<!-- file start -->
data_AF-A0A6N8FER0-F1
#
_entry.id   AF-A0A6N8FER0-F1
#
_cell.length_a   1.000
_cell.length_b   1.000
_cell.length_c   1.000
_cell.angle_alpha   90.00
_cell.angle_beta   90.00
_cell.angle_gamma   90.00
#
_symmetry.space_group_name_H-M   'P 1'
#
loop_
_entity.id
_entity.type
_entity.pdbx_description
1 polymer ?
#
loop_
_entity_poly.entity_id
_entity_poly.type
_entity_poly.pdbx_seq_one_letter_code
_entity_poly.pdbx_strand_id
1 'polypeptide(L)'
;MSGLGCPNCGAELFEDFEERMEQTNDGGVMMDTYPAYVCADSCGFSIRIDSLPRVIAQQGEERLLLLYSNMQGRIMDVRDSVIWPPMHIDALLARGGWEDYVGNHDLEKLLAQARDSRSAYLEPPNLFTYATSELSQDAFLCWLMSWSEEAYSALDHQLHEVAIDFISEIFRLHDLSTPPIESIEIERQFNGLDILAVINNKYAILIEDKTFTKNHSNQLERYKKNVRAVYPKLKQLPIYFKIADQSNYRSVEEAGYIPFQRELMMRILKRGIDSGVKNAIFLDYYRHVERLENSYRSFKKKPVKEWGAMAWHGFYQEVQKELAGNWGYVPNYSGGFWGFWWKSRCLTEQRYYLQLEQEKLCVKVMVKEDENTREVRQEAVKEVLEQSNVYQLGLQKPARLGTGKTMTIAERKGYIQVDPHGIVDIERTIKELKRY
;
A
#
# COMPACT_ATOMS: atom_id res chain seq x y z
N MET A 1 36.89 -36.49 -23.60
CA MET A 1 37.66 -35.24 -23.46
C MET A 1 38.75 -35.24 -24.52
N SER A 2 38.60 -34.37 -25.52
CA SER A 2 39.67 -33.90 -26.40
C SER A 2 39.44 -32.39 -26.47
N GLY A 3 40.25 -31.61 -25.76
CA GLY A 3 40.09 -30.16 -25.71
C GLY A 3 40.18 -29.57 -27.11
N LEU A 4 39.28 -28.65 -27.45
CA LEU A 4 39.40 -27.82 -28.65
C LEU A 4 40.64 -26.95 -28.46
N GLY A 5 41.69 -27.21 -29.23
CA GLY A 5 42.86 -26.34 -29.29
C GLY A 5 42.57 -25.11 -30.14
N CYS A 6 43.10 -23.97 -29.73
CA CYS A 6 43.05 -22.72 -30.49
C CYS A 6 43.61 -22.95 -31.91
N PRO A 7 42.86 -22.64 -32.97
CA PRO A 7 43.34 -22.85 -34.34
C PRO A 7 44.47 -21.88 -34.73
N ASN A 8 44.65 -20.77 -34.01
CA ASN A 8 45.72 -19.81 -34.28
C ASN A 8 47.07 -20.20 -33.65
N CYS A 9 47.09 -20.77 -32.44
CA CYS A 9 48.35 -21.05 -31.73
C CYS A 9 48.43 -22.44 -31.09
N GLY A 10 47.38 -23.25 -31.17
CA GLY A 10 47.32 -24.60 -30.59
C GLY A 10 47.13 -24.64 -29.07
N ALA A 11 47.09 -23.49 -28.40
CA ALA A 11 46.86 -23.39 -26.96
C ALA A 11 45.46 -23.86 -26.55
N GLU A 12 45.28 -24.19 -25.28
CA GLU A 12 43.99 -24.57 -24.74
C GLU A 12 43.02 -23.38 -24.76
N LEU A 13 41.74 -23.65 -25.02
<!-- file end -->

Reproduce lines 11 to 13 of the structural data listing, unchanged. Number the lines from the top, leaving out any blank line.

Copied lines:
#
_symmetry.space_group_name_H-M   'P 1'
#